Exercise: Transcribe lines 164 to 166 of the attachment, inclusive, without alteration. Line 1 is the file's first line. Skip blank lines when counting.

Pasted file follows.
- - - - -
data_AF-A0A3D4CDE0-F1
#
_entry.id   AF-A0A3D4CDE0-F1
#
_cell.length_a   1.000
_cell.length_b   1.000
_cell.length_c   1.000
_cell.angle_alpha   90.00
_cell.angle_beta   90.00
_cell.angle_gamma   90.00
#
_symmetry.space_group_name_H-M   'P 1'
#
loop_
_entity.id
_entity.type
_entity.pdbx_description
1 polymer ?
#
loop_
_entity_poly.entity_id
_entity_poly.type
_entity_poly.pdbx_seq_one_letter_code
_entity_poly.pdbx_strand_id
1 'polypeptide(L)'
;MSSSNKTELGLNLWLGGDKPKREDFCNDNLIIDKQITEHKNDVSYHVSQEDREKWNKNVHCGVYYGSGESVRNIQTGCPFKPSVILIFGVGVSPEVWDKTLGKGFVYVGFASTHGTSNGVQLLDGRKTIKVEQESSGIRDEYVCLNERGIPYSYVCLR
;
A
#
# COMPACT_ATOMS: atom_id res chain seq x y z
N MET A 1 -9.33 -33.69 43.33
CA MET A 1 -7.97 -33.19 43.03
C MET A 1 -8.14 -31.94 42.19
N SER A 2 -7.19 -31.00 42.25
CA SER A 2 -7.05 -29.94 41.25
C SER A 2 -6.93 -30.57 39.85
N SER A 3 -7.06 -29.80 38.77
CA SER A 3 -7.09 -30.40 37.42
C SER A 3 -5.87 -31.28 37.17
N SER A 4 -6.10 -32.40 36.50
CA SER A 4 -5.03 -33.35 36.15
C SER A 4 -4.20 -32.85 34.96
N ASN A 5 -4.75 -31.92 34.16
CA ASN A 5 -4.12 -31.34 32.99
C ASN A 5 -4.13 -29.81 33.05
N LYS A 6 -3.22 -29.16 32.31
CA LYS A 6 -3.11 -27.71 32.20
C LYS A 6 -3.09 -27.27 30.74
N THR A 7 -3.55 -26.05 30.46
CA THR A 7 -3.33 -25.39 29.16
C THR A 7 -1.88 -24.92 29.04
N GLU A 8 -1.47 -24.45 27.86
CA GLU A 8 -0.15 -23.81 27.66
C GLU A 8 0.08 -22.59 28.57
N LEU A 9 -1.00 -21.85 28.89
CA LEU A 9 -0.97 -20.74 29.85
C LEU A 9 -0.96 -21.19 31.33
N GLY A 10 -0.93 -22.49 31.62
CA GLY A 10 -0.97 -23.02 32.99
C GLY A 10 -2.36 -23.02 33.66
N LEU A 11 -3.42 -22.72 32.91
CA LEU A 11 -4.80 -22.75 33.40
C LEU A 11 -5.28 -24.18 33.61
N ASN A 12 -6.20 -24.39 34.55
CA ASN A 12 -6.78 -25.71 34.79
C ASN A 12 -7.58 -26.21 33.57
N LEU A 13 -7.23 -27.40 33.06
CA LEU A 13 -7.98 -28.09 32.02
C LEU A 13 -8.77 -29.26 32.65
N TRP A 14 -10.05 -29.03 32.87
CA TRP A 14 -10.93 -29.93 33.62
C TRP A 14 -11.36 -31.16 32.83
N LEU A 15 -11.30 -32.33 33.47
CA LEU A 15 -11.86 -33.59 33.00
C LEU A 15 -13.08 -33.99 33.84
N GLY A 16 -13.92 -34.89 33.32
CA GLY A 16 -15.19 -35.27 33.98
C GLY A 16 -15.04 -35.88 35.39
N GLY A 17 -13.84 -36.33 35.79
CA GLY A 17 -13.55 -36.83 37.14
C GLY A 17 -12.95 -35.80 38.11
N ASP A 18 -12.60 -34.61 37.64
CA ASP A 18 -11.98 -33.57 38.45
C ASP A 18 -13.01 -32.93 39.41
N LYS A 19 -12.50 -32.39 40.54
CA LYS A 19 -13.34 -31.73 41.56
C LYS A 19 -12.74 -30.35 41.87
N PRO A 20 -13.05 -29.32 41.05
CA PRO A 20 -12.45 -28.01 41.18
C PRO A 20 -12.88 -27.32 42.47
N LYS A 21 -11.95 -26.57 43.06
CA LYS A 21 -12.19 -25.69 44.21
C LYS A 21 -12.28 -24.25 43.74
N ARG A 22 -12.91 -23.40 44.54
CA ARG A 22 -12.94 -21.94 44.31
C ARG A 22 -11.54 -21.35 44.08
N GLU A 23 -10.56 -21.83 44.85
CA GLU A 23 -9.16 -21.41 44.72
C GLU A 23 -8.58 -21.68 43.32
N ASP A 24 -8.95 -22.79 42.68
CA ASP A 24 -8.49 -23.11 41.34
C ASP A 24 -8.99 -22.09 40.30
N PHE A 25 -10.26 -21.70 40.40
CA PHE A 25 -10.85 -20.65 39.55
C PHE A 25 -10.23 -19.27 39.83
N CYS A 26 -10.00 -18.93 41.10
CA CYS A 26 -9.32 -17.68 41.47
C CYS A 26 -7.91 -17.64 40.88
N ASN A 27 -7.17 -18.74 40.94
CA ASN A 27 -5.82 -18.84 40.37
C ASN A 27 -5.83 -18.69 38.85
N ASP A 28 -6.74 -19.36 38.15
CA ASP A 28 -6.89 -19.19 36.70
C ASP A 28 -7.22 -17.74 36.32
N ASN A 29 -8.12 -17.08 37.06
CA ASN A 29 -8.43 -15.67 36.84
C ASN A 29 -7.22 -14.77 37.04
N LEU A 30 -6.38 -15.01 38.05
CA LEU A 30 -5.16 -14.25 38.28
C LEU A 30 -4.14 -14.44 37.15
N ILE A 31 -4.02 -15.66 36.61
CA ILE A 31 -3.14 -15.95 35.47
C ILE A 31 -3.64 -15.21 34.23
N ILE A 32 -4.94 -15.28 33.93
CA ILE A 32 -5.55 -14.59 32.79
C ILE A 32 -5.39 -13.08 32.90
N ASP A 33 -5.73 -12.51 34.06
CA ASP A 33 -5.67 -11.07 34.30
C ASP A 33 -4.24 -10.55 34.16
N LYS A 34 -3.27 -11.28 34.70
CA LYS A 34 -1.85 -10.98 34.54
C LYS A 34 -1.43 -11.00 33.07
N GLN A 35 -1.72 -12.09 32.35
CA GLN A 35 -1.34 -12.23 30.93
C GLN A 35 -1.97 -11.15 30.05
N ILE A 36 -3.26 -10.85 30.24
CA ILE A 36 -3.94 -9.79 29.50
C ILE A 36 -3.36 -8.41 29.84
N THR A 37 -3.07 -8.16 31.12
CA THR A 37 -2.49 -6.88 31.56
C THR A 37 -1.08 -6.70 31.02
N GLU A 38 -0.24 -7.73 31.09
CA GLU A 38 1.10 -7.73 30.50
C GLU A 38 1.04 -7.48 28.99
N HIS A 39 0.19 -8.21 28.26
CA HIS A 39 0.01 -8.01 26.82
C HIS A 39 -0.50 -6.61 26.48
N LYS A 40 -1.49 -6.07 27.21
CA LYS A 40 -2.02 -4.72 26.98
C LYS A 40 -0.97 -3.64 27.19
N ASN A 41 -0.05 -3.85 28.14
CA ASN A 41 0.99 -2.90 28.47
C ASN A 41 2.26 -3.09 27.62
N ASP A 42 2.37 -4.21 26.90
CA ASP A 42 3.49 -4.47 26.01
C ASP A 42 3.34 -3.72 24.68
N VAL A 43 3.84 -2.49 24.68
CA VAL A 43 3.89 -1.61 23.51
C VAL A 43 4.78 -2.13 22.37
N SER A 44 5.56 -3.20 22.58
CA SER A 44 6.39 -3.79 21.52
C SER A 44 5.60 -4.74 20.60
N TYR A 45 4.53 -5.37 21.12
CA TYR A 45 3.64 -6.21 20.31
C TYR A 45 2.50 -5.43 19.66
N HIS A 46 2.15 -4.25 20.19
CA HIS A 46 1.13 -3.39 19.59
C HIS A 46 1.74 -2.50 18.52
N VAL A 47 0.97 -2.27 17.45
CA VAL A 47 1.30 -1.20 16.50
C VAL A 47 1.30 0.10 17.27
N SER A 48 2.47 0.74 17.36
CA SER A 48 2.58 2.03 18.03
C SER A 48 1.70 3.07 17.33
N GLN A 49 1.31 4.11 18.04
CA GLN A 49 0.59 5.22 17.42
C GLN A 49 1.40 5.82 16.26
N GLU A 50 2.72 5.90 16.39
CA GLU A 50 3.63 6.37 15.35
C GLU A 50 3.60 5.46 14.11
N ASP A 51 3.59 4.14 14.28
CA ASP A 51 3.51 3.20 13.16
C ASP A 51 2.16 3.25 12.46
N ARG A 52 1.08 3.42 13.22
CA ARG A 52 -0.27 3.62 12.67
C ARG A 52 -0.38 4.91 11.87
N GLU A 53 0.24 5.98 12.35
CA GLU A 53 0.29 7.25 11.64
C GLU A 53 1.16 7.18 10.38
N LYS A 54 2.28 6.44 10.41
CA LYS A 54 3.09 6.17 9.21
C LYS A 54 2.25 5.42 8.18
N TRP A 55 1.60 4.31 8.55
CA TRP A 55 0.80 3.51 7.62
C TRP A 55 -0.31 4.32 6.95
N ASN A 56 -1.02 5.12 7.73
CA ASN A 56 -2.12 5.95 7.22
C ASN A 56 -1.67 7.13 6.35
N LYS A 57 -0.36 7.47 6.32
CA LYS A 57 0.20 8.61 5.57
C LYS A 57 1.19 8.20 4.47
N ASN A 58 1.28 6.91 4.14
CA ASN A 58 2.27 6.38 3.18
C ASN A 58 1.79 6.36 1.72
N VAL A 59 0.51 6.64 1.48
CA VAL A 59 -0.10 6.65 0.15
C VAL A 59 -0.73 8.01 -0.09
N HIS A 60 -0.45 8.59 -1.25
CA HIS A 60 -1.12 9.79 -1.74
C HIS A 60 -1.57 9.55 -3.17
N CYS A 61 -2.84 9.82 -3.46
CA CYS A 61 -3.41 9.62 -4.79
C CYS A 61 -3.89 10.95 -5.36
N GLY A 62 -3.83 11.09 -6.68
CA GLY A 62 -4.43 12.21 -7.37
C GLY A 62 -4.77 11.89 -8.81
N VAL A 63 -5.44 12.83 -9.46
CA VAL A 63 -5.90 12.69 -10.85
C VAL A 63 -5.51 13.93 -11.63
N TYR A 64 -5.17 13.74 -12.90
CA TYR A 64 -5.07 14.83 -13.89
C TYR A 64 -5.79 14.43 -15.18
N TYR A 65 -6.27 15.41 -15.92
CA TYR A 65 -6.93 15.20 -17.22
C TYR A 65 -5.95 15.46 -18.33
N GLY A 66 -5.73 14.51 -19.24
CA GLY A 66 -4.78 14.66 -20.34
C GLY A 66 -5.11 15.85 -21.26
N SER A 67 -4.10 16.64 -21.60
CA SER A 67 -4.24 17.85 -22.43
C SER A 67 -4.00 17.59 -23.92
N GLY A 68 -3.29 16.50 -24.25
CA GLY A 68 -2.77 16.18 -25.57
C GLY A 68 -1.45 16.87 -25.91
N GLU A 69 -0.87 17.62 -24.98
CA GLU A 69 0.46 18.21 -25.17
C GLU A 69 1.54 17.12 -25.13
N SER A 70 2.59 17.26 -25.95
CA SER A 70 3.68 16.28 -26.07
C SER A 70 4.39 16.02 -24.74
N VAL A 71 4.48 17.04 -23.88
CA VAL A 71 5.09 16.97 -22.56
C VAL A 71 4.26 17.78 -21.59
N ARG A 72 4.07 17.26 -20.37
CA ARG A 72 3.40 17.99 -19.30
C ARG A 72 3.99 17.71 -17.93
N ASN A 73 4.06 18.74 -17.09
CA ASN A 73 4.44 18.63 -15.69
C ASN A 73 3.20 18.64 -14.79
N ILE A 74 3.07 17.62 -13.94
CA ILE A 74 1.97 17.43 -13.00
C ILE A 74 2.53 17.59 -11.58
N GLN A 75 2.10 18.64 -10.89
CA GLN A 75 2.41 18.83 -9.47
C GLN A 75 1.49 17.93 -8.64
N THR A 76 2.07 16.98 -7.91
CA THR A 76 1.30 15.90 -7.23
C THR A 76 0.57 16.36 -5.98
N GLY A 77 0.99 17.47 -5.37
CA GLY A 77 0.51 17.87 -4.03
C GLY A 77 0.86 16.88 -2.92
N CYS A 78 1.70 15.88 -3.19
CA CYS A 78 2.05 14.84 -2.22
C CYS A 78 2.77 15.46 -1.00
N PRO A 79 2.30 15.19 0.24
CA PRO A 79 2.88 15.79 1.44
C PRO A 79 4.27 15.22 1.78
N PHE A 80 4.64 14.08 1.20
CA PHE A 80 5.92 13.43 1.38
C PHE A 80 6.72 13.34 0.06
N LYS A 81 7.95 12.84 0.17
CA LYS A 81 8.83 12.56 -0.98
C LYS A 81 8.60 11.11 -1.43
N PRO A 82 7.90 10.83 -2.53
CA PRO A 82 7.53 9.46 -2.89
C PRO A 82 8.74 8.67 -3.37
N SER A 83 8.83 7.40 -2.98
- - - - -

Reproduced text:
CA TYR A 45 3.64 -6.21 20.31
C TYR A 45 2.50 -5.43 19.66
N HIS A 46 2.15 -4.25 20.19